This paper updates scientific bases of water chemistry in applying the author’s recent theory, which integrates the elemental radiation- and electro-chemistry reactions in the “Butlar-Volmer equation,” presented in ICONE21-16525.
For the past several years the author has been trying to establish that the “long-cell” (a kin to macro-cell) corrosion mechanism is inducing practically all sorts of accelerated corrosion phenomena widely observed in water-cooled reactors, especially in aged plants.
The theoretical electrochemical potential differences have been benchmarked with the published in-pile test results for both PWR- and BWR water chemistry environments. However the author’s previous verification efforts were limited to the extent that the curves were fitted with experimental results at a single point. The author re-formulated the basic theory and found that the redox potential difference consists of an electrochemical part (e.g., Nernst equation of dissolved hydrogen or oxygen) and radiation-induced perturbation term, the latter diminishes to zero without radiation.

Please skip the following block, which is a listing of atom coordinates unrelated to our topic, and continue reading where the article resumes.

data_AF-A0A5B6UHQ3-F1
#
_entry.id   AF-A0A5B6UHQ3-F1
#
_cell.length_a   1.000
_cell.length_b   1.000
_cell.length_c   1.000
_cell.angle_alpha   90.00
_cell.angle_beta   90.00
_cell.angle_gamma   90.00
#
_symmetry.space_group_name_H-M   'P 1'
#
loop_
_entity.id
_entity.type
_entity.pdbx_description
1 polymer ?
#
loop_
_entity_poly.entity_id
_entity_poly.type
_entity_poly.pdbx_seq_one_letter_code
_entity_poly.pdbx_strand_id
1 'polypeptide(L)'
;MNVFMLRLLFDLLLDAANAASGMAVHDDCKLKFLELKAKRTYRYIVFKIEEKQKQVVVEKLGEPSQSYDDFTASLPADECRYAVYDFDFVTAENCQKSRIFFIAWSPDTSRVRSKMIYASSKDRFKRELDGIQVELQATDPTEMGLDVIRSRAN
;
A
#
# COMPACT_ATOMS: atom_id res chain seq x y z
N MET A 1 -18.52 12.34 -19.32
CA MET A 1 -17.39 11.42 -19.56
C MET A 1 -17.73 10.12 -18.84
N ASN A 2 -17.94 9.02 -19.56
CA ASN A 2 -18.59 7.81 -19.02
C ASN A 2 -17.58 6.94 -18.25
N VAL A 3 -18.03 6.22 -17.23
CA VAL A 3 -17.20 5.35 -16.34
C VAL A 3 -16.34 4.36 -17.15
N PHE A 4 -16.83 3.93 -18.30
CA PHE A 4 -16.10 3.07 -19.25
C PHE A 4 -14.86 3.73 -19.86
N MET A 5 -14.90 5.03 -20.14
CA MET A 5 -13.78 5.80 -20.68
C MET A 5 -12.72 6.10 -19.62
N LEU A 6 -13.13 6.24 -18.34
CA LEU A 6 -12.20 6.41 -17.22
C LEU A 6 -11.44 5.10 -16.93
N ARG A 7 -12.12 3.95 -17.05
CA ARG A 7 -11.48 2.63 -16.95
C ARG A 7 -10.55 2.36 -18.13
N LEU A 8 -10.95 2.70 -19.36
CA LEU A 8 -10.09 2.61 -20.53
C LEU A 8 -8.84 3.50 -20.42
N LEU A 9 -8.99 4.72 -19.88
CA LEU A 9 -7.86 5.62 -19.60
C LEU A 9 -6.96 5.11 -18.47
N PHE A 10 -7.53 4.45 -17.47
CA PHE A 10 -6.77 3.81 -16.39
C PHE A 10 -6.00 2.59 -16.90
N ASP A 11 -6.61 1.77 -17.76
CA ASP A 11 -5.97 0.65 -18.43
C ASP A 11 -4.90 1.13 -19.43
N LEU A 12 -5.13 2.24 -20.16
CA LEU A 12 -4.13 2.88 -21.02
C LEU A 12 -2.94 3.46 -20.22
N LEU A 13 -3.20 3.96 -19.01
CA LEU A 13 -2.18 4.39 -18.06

The author continued his studies to clarify whether our current scientific knowledge is sufficient to explain the in-core “chemistry” to reproduce the experimental results without the fitting parameter. Through his study he realized that the basic mechanism of the potential difference is still not sufficiently known.
No fitting parameter was used for the PWR water chemistry in the DH region for practical engineering applications, although it is indispensable to confirm the results with an in-pile test loop. In the BWR-NWC the theoretical redox potential out of core was still necessary to be fitted with the experimental results, due to an effect of residual hydrogen peroxide detected by the reference electrode. In addition the calculated potential shift is several times larger than the experimental observation. With the reformulation the scientific validity of the author’s theory is further confirmed. He believes that there is no doubt that the “long-cell” takes place in LWRs, although details are still debatable.